Masks are an essential part of Bolivian celebrations, allowing dancers to adopt the personalities which populate the country’s myths and legends. Demons, dragons and angels join representations of real-world creatures like bears and beavers.
La Paz has a number of intriguing museums, including one dedicated to the unfairly maligned coca leaf, and another which takes a look at the War of the Pacific, when Bolivia lost its ocean access to Chile. Though we’re normally big on museums, we were constantly distracted by the bustling street markets, and never made it to most of La Paz’s. But we dared not skip out on the Museo de Etnografía y Folklore, near Plaza Murillo.
Most people don’t realize that Sucre is technically the capital of Bolivia. La Paz has become the country’s largest and most important city, but according to the Bolivian constitution, Sucre is still the official capital. And the Casa de la Libertad is the country’s most historically significant building.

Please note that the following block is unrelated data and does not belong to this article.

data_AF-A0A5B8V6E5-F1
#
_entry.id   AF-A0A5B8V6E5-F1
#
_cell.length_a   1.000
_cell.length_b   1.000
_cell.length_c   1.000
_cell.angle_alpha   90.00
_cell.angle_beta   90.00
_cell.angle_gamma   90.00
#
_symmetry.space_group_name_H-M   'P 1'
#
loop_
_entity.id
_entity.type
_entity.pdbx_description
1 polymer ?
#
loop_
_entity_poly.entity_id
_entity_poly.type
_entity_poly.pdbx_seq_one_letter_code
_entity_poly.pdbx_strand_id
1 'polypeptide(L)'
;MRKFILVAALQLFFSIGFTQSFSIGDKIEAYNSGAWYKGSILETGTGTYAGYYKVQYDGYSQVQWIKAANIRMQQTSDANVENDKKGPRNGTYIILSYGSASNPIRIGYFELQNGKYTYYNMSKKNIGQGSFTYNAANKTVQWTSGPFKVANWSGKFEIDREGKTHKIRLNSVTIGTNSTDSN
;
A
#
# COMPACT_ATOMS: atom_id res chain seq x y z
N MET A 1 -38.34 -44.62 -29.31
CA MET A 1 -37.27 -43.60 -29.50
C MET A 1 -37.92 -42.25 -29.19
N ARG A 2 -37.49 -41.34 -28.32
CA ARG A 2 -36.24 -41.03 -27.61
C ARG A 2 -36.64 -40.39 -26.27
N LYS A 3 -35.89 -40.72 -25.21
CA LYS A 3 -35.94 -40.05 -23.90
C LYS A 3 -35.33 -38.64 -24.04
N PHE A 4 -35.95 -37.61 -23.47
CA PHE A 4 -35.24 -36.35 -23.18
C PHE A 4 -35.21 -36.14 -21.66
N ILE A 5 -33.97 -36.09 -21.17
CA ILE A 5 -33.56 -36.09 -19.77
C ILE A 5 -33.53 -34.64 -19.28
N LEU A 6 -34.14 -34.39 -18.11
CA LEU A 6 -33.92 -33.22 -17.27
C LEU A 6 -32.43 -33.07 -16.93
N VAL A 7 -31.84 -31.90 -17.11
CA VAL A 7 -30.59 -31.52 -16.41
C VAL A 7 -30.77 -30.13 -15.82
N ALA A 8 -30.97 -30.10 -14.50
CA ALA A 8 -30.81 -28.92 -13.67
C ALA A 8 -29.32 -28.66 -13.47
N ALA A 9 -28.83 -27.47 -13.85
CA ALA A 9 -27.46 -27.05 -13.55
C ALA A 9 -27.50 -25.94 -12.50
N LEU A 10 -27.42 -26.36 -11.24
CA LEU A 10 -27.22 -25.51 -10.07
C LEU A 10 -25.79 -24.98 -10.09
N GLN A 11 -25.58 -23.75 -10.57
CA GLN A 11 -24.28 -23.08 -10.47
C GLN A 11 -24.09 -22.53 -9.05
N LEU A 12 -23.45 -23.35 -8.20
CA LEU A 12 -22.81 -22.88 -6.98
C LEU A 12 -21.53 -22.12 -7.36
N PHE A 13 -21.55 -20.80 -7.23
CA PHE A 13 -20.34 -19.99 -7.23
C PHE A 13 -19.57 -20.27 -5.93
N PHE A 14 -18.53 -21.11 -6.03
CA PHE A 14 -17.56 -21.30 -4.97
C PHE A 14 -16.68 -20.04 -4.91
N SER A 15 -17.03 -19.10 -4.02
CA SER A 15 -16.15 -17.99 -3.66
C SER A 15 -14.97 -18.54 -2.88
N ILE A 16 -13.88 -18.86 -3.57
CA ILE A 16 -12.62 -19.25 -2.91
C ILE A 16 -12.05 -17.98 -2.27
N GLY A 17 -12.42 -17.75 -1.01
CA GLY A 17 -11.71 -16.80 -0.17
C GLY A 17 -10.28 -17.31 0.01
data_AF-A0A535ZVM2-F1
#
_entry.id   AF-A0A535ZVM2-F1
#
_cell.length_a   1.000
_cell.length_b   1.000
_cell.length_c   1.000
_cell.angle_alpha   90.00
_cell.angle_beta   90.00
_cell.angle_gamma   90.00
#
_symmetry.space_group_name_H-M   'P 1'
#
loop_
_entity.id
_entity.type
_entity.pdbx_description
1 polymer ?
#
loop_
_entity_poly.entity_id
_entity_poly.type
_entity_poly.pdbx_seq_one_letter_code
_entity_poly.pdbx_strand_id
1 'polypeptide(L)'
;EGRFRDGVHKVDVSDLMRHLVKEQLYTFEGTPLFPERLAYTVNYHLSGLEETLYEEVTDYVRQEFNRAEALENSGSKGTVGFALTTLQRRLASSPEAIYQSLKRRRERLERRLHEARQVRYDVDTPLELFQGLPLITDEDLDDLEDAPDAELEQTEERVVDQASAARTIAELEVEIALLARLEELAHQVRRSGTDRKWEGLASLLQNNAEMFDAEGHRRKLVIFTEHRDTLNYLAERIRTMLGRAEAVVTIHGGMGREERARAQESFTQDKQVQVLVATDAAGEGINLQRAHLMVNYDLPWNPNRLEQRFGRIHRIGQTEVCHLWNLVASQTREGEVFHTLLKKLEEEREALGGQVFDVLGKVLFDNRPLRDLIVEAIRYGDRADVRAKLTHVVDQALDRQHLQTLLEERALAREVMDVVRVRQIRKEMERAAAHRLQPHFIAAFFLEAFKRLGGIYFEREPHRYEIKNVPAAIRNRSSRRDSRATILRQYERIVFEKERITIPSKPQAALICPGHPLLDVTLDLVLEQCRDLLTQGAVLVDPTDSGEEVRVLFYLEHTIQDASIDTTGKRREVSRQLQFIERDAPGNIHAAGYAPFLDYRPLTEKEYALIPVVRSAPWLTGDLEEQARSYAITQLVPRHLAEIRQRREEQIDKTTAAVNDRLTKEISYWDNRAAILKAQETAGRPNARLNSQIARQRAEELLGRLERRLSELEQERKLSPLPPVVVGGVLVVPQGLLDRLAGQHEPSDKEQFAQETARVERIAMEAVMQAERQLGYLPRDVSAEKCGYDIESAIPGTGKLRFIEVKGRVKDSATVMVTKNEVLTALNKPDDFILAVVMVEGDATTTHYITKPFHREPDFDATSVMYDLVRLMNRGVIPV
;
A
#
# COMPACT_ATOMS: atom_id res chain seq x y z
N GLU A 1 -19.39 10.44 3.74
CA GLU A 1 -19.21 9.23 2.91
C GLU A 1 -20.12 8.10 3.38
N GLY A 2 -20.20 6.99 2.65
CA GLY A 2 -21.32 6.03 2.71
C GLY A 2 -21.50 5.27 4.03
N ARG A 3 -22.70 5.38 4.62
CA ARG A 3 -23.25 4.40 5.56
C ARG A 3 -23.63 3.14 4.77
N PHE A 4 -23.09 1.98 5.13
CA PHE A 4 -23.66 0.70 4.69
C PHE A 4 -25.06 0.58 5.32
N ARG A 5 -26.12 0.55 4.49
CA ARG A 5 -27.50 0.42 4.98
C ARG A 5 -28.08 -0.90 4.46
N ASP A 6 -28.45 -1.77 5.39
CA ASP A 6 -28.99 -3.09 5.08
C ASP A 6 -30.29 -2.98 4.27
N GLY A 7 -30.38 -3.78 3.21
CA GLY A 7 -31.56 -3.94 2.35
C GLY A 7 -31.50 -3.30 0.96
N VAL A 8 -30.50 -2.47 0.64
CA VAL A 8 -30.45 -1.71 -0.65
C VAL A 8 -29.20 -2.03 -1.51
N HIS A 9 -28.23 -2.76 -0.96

It’s no secret that Bolivians love their hats. Especially among campesinos, a smart hat is an essential part of the wardrobe, and every region in the country has a particular style. Decorated, thin black caps covering the ears for the Tarabuqueños, round bowler hats for the people in Sucre, shallow pale-colored hats for those from Tarjia.
Disillusioned by the horrors of Cerro Rico’s mines and the callous greed of their families, a number of Potosí’s young women renounced the world by entering into the Convent of Santa Teresa. They would never again step outside its walls.
We were pressed for time, and told our guide that we wanted just a quick tour. But the convent’s history was simply too fascinating, and we ended up spending about two hours inside. Santa Teresa was established in 1685, providing a home to a sisterhood of Carmelite nuns. It’s still active today, but its numbers have dwindled significantly, and most of the immense complex is now a museum.
Heralded as Bolivia’s best museum, the Casa de la Moneda offers a fascinating look back at a time when Potosí was the center of the Spanish Empire’s wealth. This mammoth building in the center of the city was the Royal Mint, pressing silver extracted from the Cerro Rico into coins and medallions.